“No one is useless in this world who lightens the burdens of another.”
― Charles Dickens
This is Week 4 in our journey through the season of Lent, and this week we are focusing on what it means to “Give.”
Giving tends to be a theme during Advent and Christmas, but we don’t always associate it with Lent, when we find ourselves thinking more about what we should give up and less about what we could give away.
Thinking through the sorts of things that we might be able to give as a family and as individuals I tried to focus on what sort of physical or emotional gifts we could give that would bring a smile to those we encounter this week. I wanted to find a way to live out those words of Charles Dickens – to find ways to lighten the burdens of others.
This week is the second week of standardized testing for our kids, there is a forecast full of rainy days for the coming week, tax season is in full swing, and Easter seems as if it might never get here. Considering all of these factors, I determined that the four things our family could give that might mean the most this week are: smiles, hugs, encouraging words and snacks.
Which led us to making soft pretzels. Because pretzels bring about at least three of our four challenges – they are a snack, they look like a hug, and they make most everyone smile. So this weekend our family learned how to make these edible hugs, which turned out to be surprisingly easy and incredibly delicious. Miles and I made the dough, then during family movie night we all worked on rolling and shaping the pretzels into their criss-cross shape. And after just a few minutes in the oven, we had a yummy post-movie snack, and gift to give friends on Monday.
HOMEMADE PRETZELS RECIPE
Yield: 12 pretzels
4 tsp yeast
1 tsp sugar
1 1/2 cup warm water
5 cups flour
1/4 cup white sugar
1 1/2 tsp salt
1 T olive oil
1/4 cup baking soda
2 cup hot water
1-2 TBSP butter, melted (optional)
First proof your yeast. To do this mix 4 tsp of yeast and 1 tsp sugar with 1 1/2 cups of warm water. Allow to stand for 5-10 minutes until mixture becomes foamy.
Next, in a large bowl, mix together flour, 1/2 cup sugar, and salt. Add in oil and mix by hand. Add in yeast mixture and use a stand mixer to thoroughly mix dough together. Add in an extra water, 1 tbsp at a time if dough is too dry to work with. Knead for about 5 minutes with your stand mixer or for 7 minutes by hand. Dump mixture onto a slightly floured kitchen towel. Form into a ball and lightly cover the ball with olive oil. Place the dough in large bowl and place a damp towel over the top. Place in a warm area (I often place the bowl on top of my oven while it pre-heats) and allow to double in size.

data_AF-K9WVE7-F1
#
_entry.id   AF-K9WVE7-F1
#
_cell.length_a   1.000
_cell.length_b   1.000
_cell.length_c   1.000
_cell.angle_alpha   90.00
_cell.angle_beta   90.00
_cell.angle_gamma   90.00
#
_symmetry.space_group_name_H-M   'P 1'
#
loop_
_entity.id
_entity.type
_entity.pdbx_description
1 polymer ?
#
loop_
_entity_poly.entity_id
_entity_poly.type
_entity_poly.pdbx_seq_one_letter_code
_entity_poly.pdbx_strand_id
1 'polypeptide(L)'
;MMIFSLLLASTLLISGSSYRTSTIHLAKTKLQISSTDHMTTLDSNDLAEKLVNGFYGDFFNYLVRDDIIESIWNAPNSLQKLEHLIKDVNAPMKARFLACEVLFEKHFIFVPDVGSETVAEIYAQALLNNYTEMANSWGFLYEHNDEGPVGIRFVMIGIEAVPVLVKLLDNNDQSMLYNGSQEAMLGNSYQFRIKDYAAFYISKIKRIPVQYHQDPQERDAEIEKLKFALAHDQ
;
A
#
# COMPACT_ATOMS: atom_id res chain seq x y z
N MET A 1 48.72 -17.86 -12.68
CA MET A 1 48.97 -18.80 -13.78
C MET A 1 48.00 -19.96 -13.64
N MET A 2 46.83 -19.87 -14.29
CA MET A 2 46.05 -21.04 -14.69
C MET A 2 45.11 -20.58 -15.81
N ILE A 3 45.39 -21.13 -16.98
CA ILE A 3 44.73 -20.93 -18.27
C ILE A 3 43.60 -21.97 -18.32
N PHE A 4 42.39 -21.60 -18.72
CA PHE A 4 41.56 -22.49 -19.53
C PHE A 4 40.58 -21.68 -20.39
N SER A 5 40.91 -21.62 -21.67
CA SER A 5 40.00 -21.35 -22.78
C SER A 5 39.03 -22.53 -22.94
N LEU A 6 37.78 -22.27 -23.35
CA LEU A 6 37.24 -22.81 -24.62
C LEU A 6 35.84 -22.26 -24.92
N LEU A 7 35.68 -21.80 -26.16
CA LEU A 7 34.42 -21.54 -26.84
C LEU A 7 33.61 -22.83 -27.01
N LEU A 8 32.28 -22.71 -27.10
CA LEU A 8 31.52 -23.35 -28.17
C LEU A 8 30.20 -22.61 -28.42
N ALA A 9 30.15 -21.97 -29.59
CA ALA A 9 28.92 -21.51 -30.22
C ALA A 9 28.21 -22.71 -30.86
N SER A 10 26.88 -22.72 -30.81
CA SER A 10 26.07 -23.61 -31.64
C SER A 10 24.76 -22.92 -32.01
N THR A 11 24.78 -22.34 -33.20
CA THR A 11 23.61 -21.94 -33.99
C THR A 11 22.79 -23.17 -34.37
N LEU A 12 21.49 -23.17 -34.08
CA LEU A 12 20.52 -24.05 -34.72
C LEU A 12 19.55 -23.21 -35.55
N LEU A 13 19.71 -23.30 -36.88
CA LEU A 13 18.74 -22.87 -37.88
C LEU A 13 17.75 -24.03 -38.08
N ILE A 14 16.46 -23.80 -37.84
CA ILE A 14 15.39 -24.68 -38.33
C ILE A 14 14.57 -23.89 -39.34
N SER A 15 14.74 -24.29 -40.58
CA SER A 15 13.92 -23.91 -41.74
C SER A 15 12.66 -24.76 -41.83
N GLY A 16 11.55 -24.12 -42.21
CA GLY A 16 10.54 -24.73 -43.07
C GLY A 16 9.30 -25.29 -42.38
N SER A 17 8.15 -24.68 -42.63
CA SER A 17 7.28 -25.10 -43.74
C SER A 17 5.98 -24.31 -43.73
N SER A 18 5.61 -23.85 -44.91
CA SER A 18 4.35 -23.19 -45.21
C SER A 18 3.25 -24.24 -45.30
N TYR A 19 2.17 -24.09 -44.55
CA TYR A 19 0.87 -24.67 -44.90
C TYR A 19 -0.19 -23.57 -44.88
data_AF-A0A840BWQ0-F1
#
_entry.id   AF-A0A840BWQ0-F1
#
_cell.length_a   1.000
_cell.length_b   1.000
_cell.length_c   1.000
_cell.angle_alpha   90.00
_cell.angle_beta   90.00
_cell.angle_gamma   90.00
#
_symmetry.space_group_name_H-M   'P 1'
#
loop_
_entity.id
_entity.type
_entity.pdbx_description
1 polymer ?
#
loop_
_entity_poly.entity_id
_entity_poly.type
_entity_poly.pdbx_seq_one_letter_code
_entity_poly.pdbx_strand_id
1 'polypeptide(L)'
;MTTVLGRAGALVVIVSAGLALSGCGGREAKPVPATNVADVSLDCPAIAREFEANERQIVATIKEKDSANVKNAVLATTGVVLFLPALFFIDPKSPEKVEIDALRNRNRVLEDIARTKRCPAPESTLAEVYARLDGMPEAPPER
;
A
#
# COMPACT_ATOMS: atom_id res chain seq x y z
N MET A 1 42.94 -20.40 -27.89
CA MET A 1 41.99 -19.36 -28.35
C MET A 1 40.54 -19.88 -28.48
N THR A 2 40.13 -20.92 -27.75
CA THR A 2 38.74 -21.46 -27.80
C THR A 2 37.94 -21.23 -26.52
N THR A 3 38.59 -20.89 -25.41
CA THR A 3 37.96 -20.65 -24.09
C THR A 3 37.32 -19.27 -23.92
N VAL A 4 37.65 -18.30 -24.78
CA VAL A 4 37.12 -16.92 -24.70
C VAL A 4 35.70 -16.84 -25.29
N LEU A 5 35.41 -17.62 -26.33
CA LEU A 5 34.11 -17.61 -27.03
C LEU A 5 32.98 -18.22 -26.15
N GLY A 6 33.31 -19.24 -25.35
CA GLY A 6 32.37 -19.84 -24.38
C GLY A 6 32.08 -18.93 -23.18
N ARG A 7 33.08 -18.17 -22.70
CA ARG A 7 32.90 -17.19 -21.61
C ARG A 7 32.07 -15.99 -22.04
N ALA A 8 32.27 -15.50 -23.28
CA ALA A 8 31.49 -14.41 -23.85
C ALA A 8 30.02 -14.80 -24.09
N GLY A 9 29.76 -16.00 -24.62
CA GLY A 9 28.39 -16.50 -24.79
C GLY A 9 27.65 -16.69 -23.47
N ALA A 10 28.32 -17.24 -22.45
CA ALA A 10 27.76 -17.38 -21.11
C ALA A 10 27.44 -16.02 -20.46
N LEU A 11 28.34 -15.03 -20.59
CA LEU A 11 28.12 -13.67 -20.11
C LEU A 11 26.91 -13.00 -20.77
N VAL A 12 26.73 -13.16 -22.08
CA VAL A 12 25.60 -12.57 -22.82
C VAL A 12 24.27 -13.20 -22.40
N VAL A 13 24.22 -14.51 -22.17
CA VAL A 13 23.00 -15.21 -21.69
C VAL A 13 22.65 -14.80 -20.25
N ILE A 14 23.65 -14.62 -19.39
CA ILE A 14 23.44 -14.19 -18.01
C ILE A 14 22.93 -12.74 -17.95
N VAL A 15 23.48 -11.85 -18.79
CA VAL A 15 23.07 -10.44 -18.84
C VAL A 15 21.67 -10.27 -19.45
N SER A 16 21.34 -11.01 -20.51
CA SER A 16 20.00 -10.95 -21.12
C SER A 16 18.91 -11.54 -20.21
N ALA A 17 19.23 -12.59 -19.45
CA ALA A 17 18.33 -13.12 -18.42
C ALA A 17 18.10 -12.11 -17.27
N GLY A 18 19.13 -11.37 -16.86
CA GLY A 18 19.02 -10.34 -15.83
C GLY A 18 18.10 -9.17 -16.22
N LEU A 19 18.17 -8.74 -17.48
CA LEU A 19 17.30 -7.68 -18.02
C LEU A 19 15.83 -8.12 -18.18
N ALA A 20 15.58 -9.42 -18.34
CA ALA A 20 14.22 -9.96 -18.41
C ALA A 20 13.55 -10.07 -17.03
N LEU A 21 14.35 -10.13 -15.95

In a medium bowl, mix baking soda and hot water together. Preheat oven to 450F.
Once dough has doubled in size, form into a log shape. Cut into 12 equal pieces, roll out each piece like you are making a play-dough snake. Form the dough into a hug, or criss cross shape.
Dip pretzels in the baking soda/water mixture and place on greased baking sheet (6 pretzels per sheet). Sprinkle with kosher salt.
Bake in oven for 8 minutes until lightly browned. Remove from oven and brush with melted butter.
Let cool completely before wrapping individual pretzels in small treat bags to give away to friends, neighbors or co-workers.
Oh, and make sure to save a few pretzels, hugs, smiles, and kind words to give each other as well. You never know when someone in your own home could use a little extra lovin.
Pretzel making not your thing? That’s ok – here a few other ways to talk about and practice creative giving this week:
The Reverse Lent Challenge
Stone Soup by Heather Forest and Susan Gaber
The Girl and the Bicycle by Mark Pett
Strangers At My Door – Jonathan Wilson-Hartgrove
Are you creating A Family Lent box to keep tactile reminders of your Lenten practice in? If so, for this week ‘s theme Give, have family members write an encouraging note or draw a picture for one another telling what it is that they love or admire about each person. Add them to the box during the week, and on Sunday take all the notes out to read. Another idea is to put a list in the box of all the people you gave pretzels, hugs, smiles, or encouraging words to during the week.
I just want to tell you each how glad I am that you are here, how encouraging to me each of your visits are, and how much I have loved sharing this Lenten journey with you!
PS –Want to see ideas from the previous two weeks? Here they are:
Enjoying this series? Looking for more ways to practice faith at home?